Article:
Cal State Fullerton celebrates International Women’s Day with art and honor

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Students walk past display adorned with post-it's. The wall asks "how do you honor the women in your life?"
(Priscilla Carcido / Daily Titan)

Leanne Libas, a third-year liberal studies major at Cal State Fullerton, says her ethnicity is one of the most isolating factors since her autism diagnosis in the fifth grade.

Speaking during the WoMen’s and Adult Reentry Center International Women’s Day event, themed “Create and Educate: Art for Empowerment,” Libas said she had observed a lacking representation of non-white autistic individuals.

“For a long time, I felt that my story was invalidated because I don’t play or look a certain way. That’s disheartening. I hate the fact that sometimes I feel like I’m trying to prove myself to other people when really, all I’m trying to do is live a life where I can be myself,” Libas said.

She was one of the many women who shared their stories Thursday in the Humanities Quad.

The annual event, designed to showcase the capabilities of women, invited women of all ages, majors and races to the stage to tell stories of personal sacrifice.

A woman pins a message on a large board in the Humanities Quad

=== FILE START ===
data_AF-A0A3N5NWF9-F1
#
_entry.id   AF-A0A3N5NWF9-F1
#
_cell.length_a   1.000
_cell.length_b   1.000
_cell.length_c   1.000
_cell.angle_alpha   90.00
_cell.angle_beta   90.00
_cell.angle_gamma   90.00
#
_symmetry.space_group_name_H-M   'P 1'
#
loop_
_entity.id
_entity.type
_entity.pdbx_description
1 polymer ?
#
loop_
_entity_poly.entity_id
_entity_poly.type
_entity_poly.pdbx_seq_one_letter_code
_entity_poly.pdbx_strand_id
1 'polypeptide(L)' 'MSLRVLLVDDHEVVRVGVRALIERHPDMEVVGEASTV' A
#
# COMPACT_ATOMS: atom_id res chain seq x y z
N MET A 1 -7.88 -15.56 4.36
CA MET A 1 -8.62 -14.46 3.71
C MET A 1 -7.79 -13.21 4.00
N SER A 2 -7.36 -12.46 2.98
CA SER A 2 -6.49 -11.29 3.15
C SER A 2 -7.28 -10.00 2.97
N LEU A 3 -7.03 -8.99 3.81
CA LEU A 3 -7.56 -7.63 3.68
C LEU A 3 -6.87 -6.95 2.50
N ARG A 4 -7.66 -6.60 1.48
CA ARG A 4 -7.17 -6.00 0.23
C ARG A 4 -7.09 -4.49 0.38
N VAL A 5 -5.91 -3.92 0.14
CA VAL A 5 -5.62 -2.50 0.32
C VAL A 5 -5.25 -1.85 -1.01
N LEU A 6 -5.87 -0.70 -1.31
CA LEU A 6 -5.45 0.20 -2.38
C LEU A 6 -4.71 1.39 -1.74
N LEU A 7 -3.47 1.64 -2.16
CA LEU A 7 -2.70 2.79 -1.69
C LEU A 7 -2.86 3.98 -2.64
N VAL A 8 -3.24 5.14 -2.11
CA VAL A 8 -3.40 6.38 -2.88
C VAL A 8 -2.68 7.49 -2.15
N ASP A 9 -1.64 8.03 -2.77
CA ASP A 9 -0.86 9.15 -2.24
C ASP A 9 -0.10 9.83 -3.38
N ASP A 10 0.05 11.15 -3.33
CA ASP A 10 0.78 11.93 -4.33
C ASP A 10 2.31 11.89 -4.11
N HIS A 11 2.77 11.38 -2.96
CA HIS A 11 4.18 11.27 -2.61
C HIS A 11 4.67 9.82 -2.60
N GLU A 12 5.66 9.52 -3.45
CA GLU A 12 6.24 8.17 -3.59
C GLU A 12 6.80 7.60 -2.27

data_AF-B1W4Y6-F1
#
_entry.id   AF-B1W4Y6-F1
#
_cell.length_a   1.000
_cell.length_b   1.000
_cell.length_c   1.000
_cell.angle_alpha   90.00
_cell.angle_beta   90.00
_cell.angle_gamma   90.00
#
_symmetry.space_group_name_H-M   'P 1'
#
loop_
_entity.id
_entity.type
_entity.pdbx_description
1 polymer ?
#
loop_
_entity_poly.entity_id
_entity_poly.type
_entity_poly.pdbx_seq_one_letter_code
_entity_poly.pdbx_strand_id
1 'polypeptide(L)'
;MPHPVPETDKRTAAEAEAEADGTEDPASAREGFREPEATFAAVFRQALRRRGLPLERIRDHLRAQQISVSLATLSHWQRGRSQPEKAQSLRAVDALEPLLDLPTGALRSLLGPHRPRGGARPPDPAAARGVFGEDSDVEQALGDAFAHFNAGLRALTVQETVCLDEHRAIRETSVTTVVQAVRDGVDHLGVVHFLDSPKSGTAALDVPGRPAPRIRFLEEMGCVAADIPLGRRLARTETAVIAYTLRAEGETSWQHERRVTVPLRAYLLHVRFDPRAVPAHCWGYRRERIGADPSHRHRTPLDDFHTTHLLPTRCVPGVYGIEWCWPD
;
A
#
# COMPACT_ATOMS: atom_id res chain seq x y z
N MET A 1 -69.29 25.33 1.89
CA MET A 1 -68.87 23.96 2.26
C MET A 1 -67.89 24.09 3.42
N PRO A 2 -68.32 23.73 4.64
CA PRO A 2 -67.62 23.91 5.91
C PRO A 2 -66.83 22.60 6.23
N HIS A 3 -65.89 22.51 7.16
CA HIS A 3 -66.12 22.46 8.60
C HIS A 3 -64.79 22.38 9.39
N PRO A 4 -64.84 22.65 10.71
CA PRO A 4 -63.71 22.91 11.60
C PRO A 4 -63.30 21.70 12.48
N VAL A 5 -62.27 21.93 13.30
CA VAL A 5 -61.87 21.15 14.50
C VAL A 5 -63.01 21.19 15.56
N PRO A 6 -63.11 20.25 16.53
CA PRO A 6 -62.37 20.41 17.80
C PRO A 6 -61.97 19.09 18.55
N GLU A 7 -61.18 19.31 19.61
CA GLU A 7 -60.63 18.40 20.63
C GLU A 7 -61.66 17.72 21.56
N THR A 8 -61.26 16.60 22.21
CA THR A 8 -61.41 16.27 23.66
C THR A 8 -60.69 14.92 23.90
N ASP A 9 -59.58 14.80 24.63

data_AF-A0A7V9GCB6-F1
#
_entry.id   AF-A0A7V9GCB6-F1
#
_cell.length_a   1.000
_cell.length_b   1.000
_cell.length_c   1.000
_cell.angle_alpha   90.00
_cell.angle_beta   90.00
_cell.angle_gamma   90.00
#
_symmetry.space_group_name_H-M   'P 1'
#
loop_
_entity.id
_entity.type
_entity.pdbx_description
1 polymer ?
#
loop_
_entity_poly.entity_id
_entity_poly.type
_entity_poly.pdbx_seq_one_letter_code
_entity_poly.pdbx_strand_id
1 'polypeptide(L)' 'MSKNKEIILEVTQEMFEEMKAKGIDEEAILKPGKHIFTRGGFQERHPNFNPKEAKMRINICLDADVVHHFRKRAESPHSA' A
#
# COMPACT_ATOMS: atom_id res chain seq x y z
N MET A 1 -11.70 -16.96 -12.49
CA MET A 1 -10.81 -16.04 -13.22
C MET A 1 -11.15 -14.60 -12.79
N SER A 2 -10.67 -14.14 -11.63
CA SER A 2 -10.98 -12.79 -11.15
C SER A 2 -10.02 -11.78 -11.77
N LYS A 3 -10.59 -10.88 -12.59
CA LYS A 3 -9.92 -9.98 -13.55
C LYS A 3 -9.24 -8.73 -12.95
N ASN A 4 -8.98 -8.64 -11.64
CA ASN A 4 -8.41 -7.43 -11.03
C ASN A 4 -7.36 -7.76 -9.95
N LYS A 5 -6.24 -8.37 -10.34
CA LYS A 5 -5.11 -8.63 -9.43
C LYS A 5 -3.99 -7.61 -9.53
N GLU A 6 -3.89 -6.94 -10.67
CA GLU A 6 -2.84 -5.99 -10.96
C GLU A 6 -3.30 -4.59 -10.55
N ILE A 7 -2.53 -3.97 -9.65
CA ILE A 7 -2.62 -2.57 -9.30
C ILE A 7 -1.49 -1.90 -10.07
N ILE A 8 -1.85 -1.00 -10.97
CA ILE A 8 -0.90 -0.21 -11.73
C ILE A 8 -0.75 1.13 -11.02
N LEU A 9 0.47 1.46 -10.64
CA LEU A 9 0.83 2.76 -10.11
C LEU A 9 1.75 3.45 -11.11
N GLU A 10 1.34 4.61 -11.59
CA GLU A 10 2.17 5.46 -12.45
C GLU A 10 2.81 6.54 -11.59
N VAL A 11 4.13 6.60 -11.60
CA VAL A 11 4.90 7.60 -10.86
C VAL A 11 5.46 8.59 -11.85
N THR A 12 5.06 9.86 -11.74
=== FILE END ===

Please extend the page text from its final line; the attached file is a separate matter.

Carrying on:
(Priscilla Carcido / Daily Titan)

Mikaela Francis, a member of the BOLD Women’s Leadership Network focused on developing courageous leadership among college women, said she appreciated the new direction women’s movements were progressing in.

“I think moving forward, it needs to include women of marginalized identities … transgender women, women from all walks of the Earth,” Francis said. “I think at Cal State Fullerton, we embrace that progress and we embrace that ideal.”

An interactive art display asked visitors, “How do you honor the women in your life?”

There was a board available for students to add their answers, which included, “Uplift and encourage them” and “Treating them like queens.”

“I feel like a lot of the time, women in this society feel like they have to be one specific thing. (I honor them by) encouraging them to celebrate their own strength, their own difference and their own beauty,” said Jacqueline Estremera, a second-year child and adolescent development major.

Libas hopes her experience with autism can have an impact and encourage more marginalized groups to speak out and be bold to share their stories.

“Do not disregard these identities. Everyone has a voice,” Libas said.  

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